Calling the Sinners

Mark 2:13-17
Heb 4:12-16 / Psa 19

It is not the healthy who need a doctor, but the sick. I have not come to call the righteous, but sinners.
(Mark 2:17)

We sometimes give a false excuse
When the occasion doesn’t suit us;
Take heed, this call you can’t refuse,
The invitation is from Jesus.

Jesus went out along the sea. A large crowd came to Him, and He taught them. As He walked along, He saw Levi son of Alphaeus sitting at the tax collector’s booth. “Follow me,” Jesus told him, and Levi got up and followed Him. While Jesus was having dinner at Levi’s house, many tax collectors and sinners were eating with Him and His disciples, for there were many who followed Him. When the teachers of the law who were Pharisees saw Him eating with the sinners and tax collectors, they asked His disciples: “Why does he eat with tax collectors and sinners?” On hearing this, Jesus said to them, “It is not the healthy who need a doctor, but the sick. I have not come to call the righteous, but sinners.” (Mark 2:13-17)

Reflection

Levi had probably reached the limit of his tolerance, and wanted out from this hated position as a lackey of Rome, and the object of taxpayers’ derision. Sure, he was making a lot of money, but he was sick of being an outcast jn his own country, and longed to be in the company of real friends, and be a follower of a real leader, like Jesus of Nazareth. But how could he even think of being invited into such an exalted company? The chasm between him and this Man of God was like earth and the sky. And then a miracle happened. The Messiah came up to his post one day and invited him, saying simply, “Follow me.” Levi got up, left everything, and pursued a new life.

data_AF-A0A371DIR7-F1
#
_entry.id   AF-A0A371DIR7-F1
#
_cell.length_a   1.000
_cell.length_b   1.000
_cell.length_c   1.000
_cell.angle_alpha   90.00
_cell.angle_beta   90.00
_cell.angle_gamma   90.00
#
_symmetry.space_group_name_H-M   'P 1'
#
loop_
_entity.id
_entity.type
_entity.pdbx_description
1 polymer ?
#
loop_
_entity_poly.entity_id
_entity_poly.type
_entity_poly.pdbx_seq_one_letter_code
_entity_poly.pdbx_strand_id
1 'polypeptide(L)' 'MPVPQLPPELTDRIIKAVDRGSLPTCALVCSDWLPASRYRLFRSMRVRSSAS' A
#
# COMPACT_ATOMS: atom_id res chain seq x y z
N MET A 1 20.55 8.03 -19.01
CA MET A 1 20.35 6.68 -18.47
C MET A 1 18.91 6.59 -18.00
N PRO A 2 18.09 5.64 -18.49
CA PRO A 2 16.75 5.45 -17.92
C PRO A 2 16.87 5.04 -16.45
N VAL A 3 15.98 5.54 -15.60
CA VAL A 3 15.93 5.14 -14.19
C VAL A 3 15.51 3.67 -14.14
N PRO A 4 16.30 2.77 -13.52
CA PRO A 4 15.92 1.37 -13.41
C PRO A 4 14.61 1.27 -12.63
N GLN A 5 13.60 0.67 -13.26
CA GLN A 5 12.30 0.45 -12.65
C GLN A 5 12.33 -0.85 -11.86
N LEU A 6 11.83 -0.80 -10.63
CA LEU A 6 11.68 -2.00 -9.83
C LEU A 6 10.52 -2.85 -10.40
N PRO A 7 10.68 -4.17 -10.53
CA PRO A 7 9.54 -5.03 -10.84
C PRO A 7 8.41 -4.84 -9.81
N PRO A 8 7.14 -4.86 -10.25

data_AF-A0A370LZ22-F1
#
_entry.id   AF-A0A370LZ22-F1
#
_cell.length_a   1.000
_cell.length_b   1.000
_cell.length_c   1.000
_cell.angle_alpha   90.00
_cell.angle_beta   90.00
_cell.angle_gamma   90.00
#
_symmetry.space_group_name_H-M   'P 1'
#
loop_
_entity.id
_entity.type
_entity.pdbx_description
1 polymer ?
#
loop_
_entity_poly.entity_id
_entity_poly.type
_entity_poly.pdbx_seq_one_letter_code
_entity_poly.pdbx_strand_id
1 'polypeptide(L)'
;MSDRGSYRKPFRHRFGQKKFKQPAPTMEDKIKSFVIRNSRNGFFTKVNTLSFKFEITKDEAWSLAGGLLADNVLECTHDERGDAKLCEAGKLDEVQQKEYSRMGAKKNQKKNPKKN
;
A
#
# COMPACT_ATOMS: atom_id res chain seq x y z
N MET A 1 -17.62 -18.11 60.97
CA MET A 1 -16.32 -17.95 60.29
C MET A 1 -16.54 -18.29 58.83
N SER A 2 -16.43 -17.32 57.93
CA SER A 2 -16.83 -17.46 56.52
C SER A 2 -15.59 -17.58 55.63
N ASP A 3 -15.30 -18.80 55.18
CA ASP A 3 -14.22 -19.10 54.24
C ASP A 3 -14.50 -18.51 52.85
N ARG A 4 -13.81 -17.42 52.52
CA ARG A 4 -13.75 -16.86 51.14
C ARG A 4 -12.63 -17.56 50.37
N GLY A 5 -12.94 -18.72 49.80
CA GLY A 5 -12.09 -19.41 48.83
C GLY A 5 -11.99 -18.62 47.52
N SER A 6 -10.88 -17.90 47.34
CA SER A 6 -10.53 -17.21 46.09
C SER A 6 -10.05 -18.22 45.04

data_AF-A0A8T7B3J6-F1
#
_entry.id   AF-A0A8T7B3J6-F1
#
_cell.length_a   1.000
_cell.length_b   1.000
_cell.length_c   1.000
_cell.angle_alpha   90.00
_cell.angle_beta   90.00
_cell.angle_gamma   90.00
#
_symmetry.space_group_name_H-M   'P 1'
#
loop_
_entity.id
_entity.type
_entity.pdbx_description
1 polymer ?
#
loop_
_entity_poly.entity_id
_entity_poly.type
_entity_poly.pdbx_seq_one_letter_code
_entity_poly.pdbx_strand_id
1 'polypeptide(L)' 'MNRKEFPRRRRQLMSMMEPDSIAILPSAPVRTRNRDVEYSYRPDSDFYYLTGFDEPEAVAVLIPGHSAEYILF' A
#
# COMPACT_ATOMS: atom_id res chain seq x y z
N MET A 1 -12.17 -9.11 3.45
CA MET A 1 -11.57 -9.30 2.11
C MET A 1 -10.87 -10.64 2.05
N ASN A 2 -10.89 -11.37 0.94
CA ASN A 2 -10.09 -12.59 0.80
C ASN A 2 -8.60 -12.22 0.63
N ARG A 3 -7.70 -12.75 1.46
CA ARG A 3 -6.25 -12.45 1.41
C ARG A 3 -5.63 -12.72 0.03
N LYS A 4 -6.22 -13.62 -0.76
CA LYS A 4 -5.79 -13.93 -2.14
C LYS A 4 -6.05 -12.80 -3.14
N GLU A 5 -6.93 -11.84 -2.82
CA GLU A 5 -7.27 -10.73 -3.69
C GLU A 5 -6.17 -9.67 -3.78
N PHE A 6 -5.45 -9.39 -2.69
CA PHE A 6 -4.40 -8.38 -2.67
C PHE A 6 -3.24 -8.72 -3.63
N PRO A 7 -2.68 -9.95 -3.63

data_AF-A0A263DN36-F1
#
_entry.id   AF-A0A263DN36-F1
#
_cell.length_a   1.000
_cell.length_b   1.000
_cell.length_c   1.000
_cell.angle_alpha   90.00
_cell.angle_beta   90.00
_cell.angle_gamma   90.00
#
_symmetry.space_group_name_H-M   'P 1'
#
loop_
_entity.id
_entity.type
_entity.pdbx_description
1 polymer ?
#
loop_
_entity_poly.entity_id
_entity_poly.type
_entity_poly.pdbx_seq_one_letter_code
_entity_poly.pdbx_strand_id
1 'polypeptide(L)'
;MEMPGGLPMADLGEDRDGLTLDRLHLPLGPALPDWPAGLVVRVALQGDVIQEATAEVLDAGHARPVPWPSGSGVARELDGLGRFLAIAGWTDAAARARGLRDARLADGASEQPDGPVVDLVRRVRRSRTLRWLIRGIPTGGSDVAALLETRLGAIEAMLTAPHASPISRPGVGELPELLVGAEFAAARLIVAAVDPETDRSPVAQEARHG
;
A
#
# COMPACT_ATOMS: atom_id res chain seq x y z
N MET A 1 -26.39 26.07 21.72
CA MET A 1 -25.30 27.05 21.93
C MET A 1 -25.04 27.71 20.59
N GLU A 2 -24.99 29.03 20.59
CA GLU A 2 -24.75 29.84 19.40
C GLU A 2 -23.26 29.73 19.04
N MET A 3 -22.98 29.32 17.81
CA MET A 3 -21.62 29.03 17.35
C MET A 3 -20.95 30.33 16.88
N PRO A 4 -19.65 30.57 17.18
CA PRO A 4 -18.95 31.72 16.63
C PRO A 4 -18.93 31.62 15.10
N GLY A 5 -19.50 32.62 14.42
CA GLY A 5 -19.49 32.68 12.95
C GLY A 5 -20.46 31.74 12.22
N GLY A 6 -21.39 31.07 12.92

A known sinner like Levi would never have had the courage to enlist himself as one of the disciples of Jesus. Nor would any of the Lord’s company dare to sponsor him. In the eyes of the Jewish world at that time of the Roman occupation, the publicans, (or tax collectors of King Herod and the Roman conquerors) were worse than lepers, being in cahoots with Gentiles and their tainted money. Like the paralytic, they would never be able to rise up again from their unforgiveable sins, because, like the demoniac, they were possessed by an insatiable greed for money.

But Levi changed his ways, and his transformation did not come from his own initiative. It was Jesus Who chose him. When we are chosen to serve a ministry such as the Eucharistic lay ministers of our parish, or the chapter head of our community, we tend to resist at first – perhaps because of our misplaced feelings of unworthiness or inadequacy. But as our former parish priest told my friend Molly, when he invited him to become a lay minister, “Why don’t you let the Lord be the judge of that, and allow Him to change your heart?” It was the same case with his friend Ning, who for years had kept putting off the opportunity to move up in service, only to realize later on that he had been missing the opportunity to follow the Lord fully as chapter head. He will be inducted tonight, and friend Molly tomorrow evening in another chapter.

Lord, You came to earth to invite sinners, and not the righteous. Your mercy pardons the greatest sins; Your grace transforms the greatest sinners. Help us to follow You faithfully in service. Amen.

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